[Show abstract][Hide abstract] ABSTRACT: We report that stationary phase Mycobacterium smegmatis is more sensitive than exponential phase cells to the nitric oxide donor S-Nitrosoglutathione (GSNO). This finding was used to select for both spontaneous and transposon mutants of M. smegmatis with increased resistance to GSNO in stationary phase. Some of these mutants were also defective in stationary phase survival, demonstrating a link between sensitivity to GSNO and stationary phase survival. Transduction of the disrupted region from seven selected mutants indicated that the transposon insertion was linked to the GSNO-resistance and stationary phase survival phenotypes. For five mutants, the disrupted genes were identified. Three were homologous to genes with possible roles in nutrient scavenging, including: (i) a putative amino acid efflux pump, (ii) a putative thioesterase and (iii) an enoyl-CoA-hydratase. One mutant was disrupted in the atpD gene, encoding the beta chain of F1 F0 ATP synthase. We independently isolated a stationary phase survival mutant disrupted in the atpA gene (encoding the alpha chain) of the F1 F0 ATP synthase of the same operon, suggesting an important role for efficient ATP synthesis in stationary phase survival.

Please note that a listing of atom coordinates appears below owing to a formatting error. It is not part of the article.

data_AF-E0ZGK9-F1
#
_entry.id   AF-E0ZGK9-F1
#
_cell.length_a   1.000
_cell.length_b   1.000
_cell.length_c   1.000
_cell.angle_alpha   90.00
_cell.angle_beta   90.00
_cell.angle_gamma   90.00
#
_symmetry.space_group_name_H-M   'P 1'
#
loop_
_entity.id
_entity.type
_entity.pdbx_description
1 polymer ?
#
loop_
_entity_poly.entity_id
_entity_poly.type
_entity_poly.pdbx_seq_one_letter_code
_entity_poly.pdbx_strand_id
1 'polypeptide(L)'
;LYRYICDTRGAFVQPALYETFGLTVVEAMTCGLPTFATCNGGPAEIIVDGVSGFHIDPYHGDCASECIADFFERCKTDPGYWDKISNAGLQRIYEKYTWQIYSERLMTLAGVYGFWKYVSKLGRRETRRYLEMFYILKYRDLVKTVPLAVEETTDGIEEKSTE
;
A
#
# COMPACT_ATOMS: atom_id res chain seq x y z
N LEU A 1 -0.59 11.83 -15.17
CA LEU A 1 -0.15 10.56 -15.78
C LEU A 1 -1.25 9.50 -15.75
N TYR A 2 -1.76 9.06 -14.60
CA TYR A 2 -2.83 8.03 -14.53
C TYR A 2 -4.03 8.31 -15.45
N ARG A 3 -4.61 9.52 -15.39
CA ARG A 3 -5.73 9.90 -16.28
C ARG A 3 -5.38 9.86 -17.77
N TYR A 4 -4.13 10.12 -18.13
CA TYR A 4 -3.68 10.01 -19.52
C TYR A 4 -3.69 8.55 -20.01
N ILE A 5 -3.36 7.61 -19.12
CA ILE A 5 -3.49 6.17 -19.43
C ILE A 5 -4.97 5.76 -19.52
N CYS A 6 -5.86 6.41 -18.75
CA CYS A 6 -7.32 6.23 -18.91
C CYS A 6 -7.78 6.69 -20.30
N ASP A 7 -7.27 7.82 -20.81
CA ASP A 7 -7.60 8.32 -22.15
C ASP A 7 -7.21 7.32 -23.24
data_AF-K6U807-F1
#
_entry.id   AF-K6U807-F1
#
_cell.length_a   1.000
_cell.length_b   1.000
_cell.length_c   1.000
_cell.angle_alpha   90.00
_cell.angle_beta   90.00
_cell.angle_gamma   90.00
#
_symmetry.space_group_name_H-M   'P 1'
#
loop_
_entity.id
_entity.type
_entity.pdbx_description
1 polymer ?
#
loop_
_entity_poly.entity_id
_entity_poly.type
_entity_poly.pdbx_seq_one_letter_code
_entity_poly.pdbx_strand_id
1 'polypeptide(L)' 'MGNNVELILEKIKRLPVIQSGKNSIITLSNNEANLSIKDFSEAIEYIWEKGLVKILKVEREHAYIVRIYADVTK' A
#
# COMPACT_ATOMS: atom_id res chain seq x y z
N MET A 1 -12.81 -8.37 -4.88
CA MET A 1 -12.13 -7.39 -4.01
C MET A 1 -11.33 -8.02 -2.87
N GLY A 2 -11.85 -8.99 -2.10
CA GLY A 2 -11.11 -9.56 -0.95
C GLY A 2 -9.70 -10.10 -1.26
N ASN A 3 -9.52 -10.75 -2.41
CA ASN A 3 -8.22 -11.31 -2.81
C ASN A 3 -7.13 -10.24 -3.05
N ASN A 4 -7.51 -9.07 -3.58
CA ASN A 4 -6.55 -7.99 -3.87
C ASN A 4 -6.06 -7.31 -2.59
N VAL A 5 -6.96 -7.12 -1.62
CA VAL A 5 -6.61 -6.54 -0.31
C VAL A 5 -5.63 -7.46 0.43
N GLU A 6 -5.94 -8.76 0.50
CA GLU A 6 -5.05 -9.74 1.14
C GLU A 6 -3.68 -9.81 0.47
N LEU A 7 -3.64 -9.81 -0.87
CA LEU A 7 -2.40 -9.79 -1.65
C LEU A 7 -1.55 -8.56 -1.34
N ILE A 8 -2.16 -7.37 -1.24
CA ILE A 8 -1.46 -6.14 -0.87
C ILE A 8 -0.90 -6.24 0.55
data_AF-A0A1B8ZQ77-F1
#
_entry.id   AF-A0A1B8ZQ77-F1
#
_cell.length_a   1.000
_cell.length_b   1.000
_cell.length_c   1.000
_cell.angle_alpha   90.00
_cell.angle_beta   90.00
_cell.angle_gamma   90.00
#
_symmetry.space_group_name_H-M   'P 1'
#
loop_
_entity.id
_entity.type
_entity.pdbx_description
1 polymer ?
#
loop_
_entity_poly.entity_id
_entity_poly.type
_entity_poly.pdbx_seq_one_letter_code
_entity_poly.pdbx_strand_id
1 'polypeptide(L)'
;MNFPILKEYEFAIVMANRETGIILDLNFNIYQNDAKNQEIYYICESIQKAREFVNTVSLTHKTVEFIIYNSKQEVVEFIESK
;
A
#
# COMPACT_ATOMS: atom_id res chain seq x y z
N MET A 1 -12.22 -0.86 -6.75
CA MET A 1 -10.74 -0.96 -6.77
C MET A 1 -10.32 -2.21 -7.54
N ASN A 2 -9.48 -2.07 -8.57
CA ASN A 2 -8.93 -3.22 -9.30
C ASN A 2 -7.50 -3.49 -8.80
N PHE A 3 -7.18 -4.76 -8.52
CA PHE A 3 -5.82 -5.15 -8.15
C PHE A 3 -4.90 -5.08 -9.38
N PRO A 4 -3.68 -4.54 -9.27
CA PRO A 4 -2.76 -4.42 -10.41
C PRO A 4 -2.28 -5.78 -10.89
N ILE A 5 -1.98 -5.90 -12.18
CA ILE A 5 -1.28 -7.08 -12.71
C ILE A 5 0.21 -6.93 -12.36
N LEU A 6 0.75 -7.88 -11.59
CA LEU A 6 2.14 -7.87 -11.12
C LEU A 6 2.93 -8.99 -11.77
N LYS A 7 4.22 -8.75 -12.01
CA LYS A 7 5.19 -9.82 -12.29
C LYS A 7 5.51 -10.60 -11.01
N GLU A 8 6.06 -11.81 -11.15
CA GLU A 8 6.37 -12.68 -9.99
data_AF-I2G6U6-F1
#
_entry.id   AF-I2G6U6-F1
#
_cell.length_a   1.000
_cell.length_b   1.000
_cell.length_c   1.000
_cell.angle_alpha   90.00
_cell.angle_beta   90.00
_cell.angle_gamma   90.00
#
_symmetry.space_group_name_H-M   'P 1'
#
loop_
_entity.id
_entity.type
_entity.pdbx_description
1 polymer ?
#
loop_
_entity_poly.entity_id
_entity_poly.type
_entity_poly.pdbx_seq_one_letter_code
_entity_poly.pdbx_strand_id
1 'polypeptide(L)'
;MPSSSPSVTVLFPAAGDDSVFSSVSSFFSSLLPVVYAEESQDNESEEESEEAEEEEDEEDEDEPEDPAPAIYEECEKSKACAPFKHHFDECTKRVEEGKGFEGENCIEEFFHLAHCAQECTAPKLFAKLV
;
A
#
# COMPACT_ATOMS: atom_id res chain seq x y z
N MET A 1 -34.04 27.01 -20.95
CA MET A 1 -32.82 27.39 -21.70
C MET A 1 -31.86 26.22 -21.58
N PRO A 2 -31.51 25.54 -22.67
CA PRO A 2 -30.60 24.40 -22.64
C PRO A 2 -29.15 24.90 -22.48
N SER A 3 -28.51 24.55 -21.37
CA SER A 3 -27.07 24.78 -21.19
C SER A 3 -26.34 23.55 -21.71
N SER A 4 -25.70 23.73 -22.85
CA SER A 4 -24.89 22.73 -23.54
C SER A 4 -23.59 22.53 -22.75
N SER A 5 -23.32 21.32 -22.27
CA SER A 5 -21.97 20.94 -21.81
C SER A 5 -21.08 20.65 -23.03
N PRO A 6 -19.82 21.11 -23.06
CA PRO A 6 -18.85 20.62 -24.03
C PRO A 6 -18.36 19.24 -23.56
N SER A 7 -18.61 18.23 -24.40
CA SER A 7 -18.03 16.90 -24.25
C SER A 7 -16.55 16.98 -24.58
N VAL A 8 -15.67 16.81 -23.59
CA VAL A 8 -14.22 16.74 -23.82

[Show abstract][Hide abstract] ABSTRACT: A bank of 600 insertional mutants of Mycobacterium smegmatis was screened for mutants defective in stationary-phase survival. Of 74 mutants picked by the initial screen, 21 had stationary-phase survival defects and 7 of these were studied in more detail. In general, mutants survived stationary phase significantly less well in rich medium than under carbon-starvation conditions. In all cases the loss of viability in stationary phase was not complete even after prolonged incubation. All mutants showed an initial decrease in viability, during the first 40 d in stationary phase, followed by an increase in viable counts that returned viability close to the levels of the wild-type. Southern hybridization experiments showed that recovery of viability was not a consequence of precise excision or movement of the transposon. Two of the survival mutants differed from the wild-type in their colony morphology, and recovery of their viability in stationary phase was coincident with the return of wild-type colony morphology. It is possible that second-site suppressor mutations accumulate that alleviate the effects of the original mutation. For five of the mutants the DNA flanking the site of transposition was amplified by ligation-mediated PCR and sequenced to identify the disrupted locus. In each case, homologous genes were identified in the Mycobacterium tuberculosis genome, three of which have clearly predicted functions in M. tuberculosis as a penicillin-binding protein, in biotin biosynthesis and as a polyketide synthase. This is the first identification of genes implicated in the stationary-phase survival of mycobacteria.